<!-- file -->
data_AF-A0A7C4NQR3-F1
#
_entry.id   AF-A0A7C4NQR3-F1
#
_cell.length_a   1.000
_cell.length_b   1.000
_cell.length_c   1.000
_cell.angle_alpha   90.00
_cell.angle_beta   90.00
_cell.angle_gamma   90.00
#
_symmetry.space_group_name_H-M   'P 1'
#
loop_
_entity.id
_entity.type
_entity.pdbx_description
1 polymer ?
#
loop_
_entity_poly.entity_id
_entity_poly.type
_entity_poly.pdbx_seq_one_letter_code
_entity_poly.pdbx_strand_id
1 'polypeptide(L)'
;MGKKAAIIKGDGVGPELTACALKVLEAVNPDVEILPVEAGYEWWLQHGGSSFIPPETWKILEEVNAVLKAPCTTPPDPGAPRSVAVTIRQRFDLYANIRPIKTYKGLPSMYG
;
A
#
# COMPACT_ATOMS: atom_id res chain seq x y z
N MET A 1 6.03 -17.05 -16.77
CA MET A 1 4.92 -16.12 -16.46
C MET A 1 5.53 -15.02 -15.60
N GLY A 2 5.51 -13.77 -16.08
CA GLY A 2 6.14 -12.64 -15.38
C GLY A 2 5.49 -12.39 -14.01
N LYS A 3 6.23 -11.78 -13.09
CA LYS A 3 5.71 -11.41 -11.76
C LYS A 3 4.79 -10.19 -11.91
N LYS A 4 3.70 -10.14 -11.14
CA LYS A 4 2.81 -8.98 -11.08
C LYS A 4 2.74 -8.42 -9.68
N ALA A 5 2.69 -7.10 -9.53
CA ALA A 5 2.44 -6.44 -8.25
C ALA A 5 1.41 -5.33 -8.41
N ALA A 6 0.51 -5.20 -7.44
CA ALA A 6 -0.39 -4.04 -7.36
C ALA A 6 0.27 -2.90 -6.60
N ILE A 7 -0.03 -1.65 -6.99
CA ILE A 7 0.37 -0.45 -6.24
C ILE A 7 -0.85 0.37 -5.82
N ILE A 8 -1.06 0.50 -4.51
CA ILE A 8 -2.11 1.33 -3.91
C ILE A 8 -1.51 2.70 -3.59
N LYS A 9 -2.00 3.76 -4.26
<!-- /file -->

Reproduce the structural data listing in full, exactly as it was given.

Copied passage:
data_AF-A0A7C4NQR3-F1
#
_entry.id   AF-A0A7C4NQR3-F1
#
_cell.length_a   1.000
_cell.length_b   1.000
_cell.length_c   1.000
_cell.angle_alpha   90.00
_cell.angle_beta   90.00
_cell.angle_gamma   90.00
#
_symmetry.space_group_name_H-M   'P 1'
#
loop_
_entity.id
_entity.type
_entity.pdbx_description
1 polymer ?
#
loop_
_entity_poly.entity_id
_entity_poly.type
_entity_poly.pdbx_seq_one_letter_code
_entity_poly.pdbx_strand_id
1 'polypeptide(L)'
;MGKKAAIIKGDGVGPELTACALKVLEAVNPDVEILPVEAGYEWWLQHGGSSFIPPETWKILEEVNAVLKAPCTTPPDPGAPRSVAVTIRQRFDLYANIRPIKTYKGLPSMYG
;
A
#
# COMPACT_ATOMS: atom_id res chain seq x y z
N MET A 1 6.03 -17.05 -16.77
CA MET A 1 4.92 -16.12 -16.46
C MET A 1 5.53 -15.02 -15.60
N GLY A 2 5.51 -13.77 -16.08
CA GLY A 2 6.14 -12.64 -15.38
C GLY A 2 5.49 -12.39 -14.01
N LYS A 3 6.23 -11.78 -13.09
CA LYS A 3 5.71 -11.41 -11.76
C LYS A 3 4.79 -10.19 -11.91
N LYS A 4 3.70 -10.14 -11.14
CA LYS A 4 2.81 -8.98 -11.08
C LYS A 4 2.74 -8.42 -9.68
N ALA A 5 2.69 -7.10 -9.53
CA ALA A 5 2.44 -6.44 -8.25
C ALA A 5 1.41 -5.33 -8.41
N ALA A 6 0.51 -5.20 -7.44
CA ALA A 6 -0.39 -4.04 -7.36
C ALA A 6 0.27 -2.90 -6.60
N ILE A 7 -0.03 -1.65 -6.99
CA ILE A 7 0.37 -0.45 -6.24
C ILE A 7 -0.85 0.37 -5.82
N ILE A 8 -1.06 0.50 -4.51
CA ILE A 8 -2.11 1.33 -3.91
C ILE A 8 -1.51 2.70 -3.59
N LYS A 9 -2.00 3.76 -4.26